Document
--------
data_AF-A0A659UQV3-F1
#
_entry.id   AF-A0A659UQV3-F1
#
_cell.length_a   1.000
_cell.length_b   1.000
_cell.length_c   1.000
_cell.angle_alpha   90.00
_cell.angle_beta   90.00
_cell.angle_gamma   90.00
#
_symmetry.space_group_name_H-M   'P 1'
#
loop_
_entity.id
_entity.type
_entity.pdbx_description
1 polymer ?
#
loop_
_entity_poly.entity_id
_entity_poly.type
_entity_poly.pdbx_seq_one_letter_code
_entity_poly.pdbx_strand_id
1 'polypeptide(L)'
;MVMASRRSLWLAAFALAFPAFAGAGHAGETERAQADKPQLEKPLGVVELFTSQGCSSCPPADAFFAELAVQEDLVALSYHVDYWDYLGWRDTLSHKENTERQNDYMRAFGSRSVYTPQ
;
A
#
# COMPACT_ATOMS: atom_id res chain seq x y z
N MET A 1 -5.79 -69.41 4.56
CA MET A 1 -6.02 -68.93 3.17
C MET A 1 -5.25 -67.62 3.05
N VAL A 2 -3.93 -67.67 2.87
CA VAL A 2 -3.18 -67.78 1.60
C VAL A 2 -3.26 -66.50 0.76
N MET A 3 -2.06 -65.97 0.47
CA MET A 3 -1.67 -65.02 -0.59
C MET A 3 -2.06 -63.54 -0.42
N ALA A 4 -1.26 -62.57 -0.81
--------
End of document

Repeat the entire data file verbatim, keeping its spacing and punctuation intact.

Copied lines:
data_AF-A0A659UQV3-F1
#
_entry.id   AF-A0A659UQV3-F1
#
_cell.length_a   1.000
_cell.length_b   1.000
_cell.length_c   1.000
_cell.angle_alpha   90.00
_cell.angle_beta   90.00
_cell.angle_gamma   90.00
#
_symmetry.space_group_name_H-M   'P 1'
#
loop_
_entity.id
_entity.type
_entity.pdbx_description
1 polymer ?
#
loop_
_entity_poly.entity_id
_entity_poly.type
_entity_poly.pdbx_seq_one_letter_code
_entity_poly.pdbx_strand_id
1 'polypeptide(L)'
;MVMASRRSLWLAAFALAFPAFAGAGHAGETERAQADKPQLEKPLGVVELFTSQGCSSCPPADAFFAELAVQEDLVALSYHVDYWDYLGWRDTLSHKENTERQNDYMRAFGSRSVYTPQ
;
A
#
# COMPACT_ATOMS: atom_id res chain seq x y z
N MET A 1 -5.79 -69.41 4.56
CA MET A 1 -6.02 -68.93 3.17
C MET A 1 -5.25 -67.62 3.05
N VAL A 2 -3.93 -67.67 2.87
CA VAL A 2 -3.18 -67.78 1.60
C VAL A 2 -3.26 -66.50 0.76
N MET A 3 -2.06 -65.97 0.47
CA MET A 3 -1.67 -65.02 -0.59
C MET A 3 -2.06 -63.54 -0.42
N ALA A 4 -1.26 -62.57 -0.81